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Sculpture dedicated to John Marshall to be unveiled Saturday afternoon 

click to enlarge Suzan Entwistle Marshall stands above the Spokane River, near where a sculpture will be dedicated to her husband's memory in an unveiling on Saturday, Oct. 27. - YOUNG KWAK
  • Young Kwak
  • Suzan Entwistle Marshall stands above the Spokane River, near where a sculpture will be dedicated to her husband's memory in an unveiling on Saturday, Oct. 27.

In celebration of family and the life of her late husband, Dr. John Marshall, Dr. Suzan Entwistle Marshall will dedicate a sculpture called "We Are Marshall" just off the Centennial Trail on Saturday.

The unveiling is scheduled to take place at 1 pm Oct. 27, near where the Centennial Trail crosses under the Monroe Street Bridge. Entwistle Marshall plans to say a few words, and her two children may read some prayers.

John Marshall, who was the chief surgeon at the Mann-Grandstaff Veterans Affairs Medical Center, died in 2016. While she's dedicated much of her time since then to asking questions about his death, Entwistle Marshall says she'd like Saturday to be a celebration of his life.

"I really want to emphasize tomorrow is just about his life, not his death," she says.

She commissioned and paid artist Richard Warrington, who lives south of Spokane, to create the sculpture, which stands about 6-feet tall and is made from CorTen steel, also known as weathering steel. Warrington sand blasted and treated the sculpture with chlorine so it's already got an aged look, and he says while it's sort of orange now, it'll get darker over time.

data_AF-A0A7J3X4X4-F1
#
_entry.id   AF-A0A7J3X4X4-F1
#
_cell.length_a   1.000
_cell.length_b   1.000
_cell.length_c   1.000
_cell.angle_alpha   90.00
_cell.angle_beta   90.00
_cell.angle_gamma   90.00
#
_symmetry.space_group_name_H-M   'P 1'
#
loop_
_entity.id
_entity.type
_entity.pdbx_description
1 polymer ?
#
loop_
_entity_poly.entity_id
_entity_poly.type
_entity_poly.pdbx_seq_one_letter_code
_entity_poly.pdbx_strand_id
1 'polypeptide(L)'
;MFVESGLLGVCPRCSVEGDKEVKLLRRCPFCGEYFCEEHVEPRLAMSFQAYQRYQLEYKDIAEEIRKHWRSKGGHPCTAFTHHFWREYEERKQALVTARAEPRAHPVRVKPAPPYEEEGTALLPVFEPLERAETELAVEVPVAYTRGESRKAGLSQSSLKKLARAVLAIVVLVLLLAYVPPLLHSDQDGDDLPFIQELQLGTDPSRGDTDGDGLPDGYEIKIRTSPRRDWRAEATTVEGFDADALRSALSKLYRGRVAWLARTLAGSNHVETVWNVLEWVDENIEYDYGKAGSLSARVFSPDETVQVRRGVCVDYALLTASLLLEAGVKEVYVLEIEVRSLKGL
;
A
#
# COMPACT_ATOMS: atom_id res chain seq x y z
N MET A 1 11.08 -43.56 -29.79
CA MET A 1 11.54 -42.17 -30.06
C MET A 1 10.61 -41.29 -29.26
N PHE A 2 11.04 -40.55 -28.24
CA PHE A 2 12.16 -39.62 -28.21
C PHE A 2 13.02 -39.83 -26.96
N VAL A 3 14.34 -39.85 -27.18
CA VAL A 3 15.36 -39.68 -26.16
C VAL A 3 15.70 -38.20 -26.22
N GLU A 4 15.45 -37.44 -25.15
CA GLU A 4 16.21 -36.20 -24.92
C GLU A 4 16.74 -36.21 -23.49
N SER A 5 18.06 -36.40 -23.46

The piece was approved by the full Spokane Parks Board and the Joint Arts Committee, which has members from both the parks board and the Spokane Arts Commission.

Warrington says working on the sculpture, which took slightly longer than a month to actually build, has been rewarding.

"It was one of those projects that you really love doing because it’s one that’s going to bring a lot of pleasure to the family and some closure hopefully," Warrington says.

Entwistle Marshall, who hasn't seen the final sculpture, says tears came to her eyes when she saw Warrington's concept.

It depicts an artistic representation of the couple and their children in a family scene that she holds dear to her heart. As a military family, she says their love for each other especially brings up the core comfort feeling of "home."

"It could be every family, which I think is the universal appeal to it," Entwistle Marshall says. "But for me it was the moment frozen in time. If I could just have my life stop at one moment, that would be the moment."
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